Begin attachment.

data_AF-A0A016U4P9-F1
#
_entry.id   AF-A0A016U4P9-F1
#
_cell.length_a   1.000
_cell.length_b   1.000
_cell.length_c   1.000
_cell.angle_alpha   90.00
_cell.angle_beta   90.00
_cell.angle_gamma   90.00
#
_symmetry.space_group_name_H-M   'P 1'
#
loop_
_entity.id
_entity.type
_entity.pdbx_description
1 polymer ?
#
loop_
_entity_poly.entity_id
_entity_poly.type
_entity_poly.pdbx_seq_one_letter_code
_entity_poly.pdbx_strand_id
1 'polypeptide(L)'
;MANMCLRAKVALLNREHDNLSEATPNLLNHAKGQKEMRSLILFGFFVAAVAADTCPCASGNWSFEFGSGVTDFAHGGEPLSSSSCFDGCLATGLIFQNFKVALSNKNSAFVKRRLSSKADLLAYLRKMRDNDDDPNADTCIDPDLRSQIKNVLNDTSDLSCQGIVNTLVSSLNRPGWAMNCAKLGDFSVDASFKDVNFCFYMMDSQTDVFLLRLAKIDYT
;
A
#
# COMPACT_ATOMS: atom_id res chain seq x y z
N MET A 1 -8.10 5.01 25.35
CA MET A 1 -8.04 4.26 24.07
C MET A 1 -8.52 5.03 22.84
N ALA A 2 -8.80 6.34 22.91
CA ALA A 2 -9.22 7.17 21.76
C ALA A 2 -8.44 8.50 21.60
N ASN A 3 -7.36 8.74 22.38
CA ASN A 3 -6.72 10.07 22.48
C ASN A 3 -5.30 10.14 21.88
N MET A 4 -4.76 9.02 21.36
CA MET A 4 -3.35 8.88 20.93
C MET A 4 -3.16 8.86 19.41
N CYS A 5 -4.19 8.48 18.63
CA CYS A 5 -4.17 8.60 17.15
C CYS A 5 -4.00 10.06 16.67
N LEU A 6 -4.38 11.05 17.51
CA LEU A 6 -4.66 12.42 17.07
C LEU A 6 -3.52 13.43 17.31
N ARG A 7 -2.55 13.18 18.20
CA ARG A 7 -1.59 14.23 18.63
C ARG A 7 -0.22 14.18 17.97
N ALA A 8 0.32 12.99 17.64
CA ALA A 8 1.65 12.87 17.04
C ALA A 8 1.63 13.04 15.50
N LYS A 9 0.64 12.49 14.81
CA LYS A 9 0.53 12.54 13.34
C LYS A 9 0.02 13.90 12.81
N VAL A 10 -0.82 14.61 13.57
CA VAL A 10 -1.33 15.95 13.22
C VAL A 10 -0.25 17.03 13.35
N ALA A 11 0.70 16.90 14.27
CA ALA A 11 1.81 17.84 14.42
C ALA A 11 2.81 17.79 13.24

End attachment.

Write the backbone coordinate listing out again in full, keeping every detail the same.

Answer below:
data_AF-A0A016U4P9-F1
#
_entry.id   AF-A0A016U4P9-F1
#
_cell.length_a   1.000
_cell.length_b   1.000
_cell.length_c   1.000
_cell.angle_alpha   90.00
_cell.angle_beta   90.00
_cell.angle_gamma   90.00
#
_symmetry.space_group_name_H-M   'P 1'
#
loop_
_entity.id
_entity.type
_entity.pdbx_description
1 polymer ?
#
loop_
_entity_poly.entity_id
_entity_poly.type
_entity_poly.pdbx_seq_one_letter_code
_entity_poly.pdbx_strand_id
1 'polypeptide(L)'
;MANMCLRAKVALLNREHDNLSEATPNLLNHAKGQKEMRSLILFGFFVAAVAADTCPCASGNWSFEFGSGVTDFAHGGEPLSSSSCFDGCLATGLIFQNFKVALSNKNSAFVKRRLSSKADLLAYLRKMRDNDDDPNADTCIDPDLRSQIKNVLNDTSDLSCQGIVNTLVSSLNRPGWAMNCAKLGDFSVDASFKDVNFCFYMMDSQTDVFLLRLAKIDYT
;
A
#
# COMPACT_ATOMS: atom_id res chain seq x y z
N MET A 1 -8.10 5.01 25.35
CA MET A 1 -8.04 4.26 24.07
C MET A 1 -8.52 5.03 22.84
N ALA A 2 -8.80 6.34 22.91
CA ALA A 2 -9.22 7.17 21.76
C ALA A 2 -8.44 8.50 21.60
N ASN A 3 -7.36 8.74 22.38
CA ASN A 3 -6.72 10.07 22.48
C ASN A 3 -5.30 10.14 21.88
N MET A 4 -4.76 9.02 21.36
CA MET A 4 -3.35 8.88 20.93
C MET A 4 -3.16 8.86 19.41
N CYS A 5 -4.19 8.48 18.63
CA CYS A 5 -4.17 8.60 17.15
C CYS A 5 -4.00 10.06 16.67
N LEU A 6 -4.38 11.05 17.51
CA LEU A 6 -4.66 12.42 17.07
C LEU A 6 -3.52 13.43 17.31
N ARG A 7 -2.55 13.18 18.20
CA ARG A 7 -1.59 14.23 18.63
C ARG A 7 -0.22 14.18 17.97
N ALA A 8 0.32 12.99 17.64
CA ALA A 8 1.65 12.87 17.04
C ALA A 8 1.63 13.04 15.50
N LYS A 9 0.64 12.49 14.81
CA LYS A 9 0.53 12.54 13.34
C LYS A 9 0.02 13.90 12.81
N VAL A 10 -0.82 14.61 13.57
CA VAL A 10 -1.33 15.95 13.22
C VAL A 10 -0.25 17.03 13.35
N ALA A 11 0.70 16.90 14.27
CA ALA A 11 1.81 17.84 14.42
C ALA A 11 2.81 17.79 13.24